Catch a Fad or Capture a Value?: Social Media Leverage in SMEs

Catch a Fad or Capture a Value?: Social Media Leverage in SMEs

Xiaoyun He (Auburn University at Montgomery, Montgomery, AL, USA) and Haibing Lu (Santa Clara University, Santa Clara, CA, USA)
Copyright: © 2016 |Pages: 15
DOI: 10.4018/JOEUC.2016070105
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Abstract

While Small and Medium Enterprises (SMEs) often face the constraints of financial and IT resources, the emergent social media could be a cost effective tool for SMEs to leverage for their competitive advantages. Yet, it remains unclear on whether and how SMEs are able to reap both tangible and intangible benefits by adopting and using social media. This study seeks to look into these questions by empirically examining the adoption and use of Facebook in SMEs. The authors' findings suggest that the adopting SMEs begin to see the positive effect on their sales revenue growth after a couple of years of persistent use and engaging activities. Also, the interactions measured by posting activities from both a firm and its customers have predictive effects on the building of an engaging online community in terms of size. These offer important implications for formulating and implementing effective social media strategies in SMEs.
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Introduction

Small and Medium Enterprises (SMEs) are significant creators of employment and contributors to national economies. In the U.S., SMEs employ half of all private sector employees and create more than half of the nonfarm private GDP (Basefsky & Sweeney, 2006). Further, SMEs are said to be responsible for driving innovation and competition in many economic sectors. For example, SMEs invent more than half the nation's technological innovation. Meanwhile, it is known that many SMEs lack the financial resources and technical skills needed to systemically and strategically utilize new technologies for enhancing their competitiveness (Iacovou, Benbasat, & Dexter, 1995). In this aspect, the recently emerged social media platforms hold the great promise for representing an important technological development that impacts the competitiveness of SMEs.

Social media is a group of Internet based applications that allow the interactions among people in which they create, share, or exchange information and ideas (Kaplan & Haenlein, 2010). Some well-known social media platforms include Facebook, Twitter, and YouTube. All these social media platforms have rapidly grown in size and importance in recent years. For example, as of September 2013, the online social networking site Facebook has over 1.19 billion monthly active users and the number is still fast growing (Facebook, 2013). Individuals and businesses can create a Facebook page without a fee. As a global, open, interactive, and real time platform, social media allows firms to create two-way communications and connect with their customers, market their products and services, and build their brands (Aral, Dellarocas, & Godes, 2013; Culnan, McHugh, & Zubillaga, 2010).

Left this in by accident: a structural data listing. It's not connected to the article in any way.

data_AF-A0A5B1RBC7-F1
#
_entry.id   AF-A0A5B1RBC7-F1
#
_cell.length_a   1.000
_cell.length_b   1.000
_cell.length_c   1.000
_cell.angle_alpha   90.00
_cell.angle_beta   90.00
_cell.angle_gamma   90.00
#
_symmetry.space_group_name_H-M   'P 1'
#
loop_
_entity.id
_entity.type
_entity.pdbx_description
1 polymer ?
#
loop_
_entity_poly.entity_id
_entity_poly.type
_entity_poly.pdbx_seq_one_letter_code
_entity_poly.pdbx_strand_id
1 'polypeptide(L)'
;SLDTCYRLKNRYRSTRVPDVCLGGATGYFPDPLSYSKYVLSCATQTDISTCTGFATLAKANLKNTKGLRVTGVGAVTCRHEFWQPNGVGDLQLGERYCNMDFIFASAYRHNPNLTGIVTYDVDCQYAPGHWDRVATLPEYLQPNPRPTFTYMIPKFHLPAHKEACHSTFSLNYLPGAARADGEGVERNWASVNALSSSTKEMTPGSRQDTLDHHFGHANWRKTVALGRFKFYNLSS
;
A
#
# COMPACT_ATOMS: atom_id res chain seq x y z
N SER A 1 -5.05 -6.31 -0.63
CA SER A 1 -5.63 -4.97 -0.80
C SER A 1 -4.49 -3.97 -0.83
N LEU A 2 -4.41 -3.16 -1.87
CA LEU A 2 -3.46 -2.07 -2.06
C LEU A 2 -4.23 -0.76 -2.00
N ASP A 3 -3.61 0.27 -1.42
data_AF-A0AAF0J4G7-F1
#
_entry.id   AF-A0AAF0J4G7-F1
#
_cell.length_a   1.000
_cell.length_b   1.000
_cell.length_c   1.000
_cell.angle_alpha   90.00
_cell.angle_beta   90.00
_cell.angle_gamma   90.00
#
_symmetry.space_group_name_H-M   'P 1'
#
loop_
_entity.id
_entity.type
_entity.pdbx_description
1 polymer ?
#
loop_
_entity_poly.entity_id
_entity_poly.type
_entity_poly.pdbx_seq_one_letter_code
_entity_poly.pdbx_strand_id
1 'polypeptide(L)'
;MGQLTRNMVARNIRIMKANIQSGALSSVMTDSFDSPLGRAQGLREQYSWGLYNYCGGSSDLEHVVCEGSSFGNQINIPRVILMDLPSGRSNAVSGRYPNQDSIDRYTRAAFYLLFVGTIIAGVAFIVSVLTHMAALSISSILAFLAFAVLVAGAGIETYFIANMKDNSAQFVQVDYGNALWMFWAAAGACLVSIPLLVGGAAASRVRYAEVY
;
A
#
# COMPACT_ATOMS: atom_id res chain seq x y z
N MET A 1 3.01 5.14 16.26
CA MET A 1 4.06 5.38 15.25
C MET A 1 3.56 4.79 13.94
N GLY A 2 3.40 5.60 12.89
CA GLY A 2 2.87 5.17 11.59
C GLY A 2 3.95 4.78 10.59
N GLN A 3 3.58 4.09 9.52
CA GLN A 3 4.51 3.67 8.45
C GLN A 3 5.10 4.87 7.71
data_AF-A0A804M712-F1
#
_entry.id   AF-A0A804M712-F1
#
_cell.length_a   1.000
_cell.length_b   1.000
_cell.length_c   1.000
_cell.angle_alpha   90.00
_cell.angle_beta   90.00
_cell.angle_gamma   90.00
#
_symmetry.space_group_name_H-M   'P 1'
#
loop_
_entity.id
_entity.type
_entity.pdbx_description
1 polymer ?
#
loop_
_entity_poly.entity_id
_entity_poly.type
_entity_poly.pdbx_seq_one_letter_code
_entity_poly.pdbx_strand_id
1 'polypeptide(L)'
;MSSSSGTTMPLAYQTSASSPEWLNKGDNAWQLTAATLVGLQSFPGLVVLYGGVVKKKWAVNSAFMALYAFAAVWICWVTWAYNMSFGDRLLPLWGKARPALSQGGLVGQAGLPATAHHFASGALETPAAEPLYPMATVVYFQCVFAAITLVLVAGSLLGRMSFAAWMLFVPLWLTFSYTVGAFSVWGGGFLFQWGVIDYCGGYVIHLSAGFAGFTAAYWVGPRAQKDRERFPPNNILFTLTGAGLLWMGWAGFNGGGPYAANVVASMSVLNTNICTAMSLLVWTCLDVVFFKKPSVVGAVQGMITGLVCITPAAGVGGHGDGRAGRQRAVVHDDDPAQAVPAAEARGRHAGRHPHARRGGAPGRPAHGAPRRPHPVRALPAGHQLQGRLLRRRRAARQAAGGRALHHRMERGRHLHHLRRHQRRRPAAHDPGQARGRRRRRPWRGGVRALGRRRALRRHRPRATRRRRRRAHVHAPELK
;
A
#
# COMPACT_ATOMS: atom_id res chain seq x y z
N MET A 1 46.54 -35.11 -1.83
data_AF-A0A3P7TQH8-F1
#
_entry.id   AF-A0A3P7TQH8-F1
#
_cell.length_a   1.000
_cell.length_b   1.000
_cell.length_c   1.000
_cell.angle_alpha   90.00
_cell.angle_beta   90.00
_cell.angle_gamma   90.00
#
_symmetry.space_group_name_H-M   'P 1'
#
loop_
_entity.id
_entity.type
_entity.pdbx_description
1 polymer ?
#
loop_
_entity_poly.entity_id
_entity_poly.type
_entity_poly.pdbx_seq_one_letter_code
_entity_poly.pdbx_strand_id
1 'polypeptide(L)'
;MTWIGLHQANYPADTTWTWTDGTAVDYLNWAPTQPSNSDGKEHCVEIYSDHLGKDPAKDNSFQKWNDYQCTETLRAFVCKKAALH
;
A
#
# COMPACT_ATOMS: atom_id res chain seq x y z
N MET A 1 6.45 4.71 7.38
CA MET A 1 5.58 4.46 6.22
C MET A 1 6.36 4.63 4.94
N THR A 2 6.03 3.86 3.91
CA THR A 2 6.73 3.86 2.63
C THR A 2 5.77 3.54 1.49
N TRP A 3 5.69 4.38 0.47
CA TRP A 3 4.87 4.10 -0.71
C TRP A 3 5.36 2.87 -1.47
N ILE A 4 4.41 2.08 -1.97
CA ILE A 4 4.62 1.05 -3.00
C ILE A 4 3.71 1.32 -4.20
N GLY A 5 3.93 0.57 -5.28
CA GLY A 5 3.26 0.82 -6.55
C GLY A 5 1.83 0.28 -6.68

Yet, as social media is a recent emerging phenomenon, the understanding of strategic leverage and consequences of social media initiative is still in preliminary and anecdotal stage (Culnan et al., 2010; DiStaso & McCorkindale, 2013; Gallaugher & Ransbotham, 2010). A new study by Wamba and Carter (2014) examine the specific characteristics that affect the adoption and use of social media tools in SMEs, and our study takes a complementary perspective and data-driven approach to investigate the social media use in SMEs. While the number of organizations jumping on the “social media bandwagon” is continuously growing, the measurement of social media effects is an increasing concern for various organizations (Hoffman & Fodor, 2010; Larson & Watson, 2011). Without further systematic analyses and evidence supporting the potential benefits of embarking on the social media efforts, it is difficult for firms especially SMEs to align their social media initiatives with organizational goals and ultimately create business value. Thus, in this study, we take the initial steps to empirically examine the effects of adopting and using online social media in SMEs. Specifically, our study seeks to answer the following fundamental research questions:

Does the adoption and persistent use of social media have tangible impact on firm performance such as sales revenue? How may the actual interactions between a firm and its customers bring intangible benefits such as building an engaging customer community on the adopted online social platform?

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